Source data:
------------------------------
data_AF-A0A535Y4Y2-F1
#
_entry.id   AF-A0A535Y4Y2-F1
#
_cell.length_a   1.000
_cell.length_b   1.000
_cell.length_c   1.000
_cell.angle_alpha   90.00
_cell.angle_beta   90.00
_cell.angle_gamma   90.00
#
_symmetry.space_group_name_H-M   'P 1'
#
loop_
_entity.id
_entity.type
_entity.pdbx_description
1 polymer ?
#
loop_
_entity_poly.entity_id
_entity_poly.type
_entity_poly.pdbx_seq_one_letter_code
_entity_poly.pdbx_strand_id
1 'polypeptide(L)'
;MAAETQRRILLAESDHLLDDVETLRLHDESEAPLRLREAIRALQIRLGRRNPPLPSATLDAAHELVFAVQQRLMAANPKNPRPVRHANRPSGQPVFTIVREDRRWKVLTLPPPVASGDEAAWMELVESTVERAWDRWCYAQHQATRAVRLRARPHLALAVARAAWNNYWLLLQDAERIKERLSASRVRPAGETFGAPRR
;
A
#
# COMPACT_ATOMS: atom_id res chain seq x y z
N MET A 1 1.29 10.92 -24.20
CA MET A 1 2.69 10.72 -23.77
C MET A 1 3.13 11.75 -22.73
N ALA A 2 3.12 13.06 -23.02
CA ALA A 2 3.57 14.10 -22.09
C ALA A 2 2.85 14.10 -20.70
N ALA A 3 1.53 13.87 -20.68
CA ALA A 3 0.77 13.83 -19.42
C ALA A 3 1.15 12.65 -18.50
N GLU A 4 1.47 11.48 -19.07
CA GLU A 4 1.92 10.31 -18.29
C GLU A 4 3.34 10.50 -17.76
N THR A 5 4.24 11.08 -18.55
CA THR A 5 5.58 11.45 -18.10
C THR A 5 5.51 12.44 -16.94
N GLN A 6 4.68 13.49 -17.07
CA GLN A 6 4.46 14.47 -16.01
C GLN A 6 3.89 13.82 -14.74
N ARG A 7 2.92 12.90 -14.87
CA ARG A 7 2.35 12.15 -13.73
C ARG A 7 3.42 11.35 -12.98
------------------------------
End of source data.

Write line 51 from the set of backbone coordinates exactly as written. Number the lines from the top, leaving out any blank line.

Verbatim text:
C ARG A 7 3.42 11.35 -12.98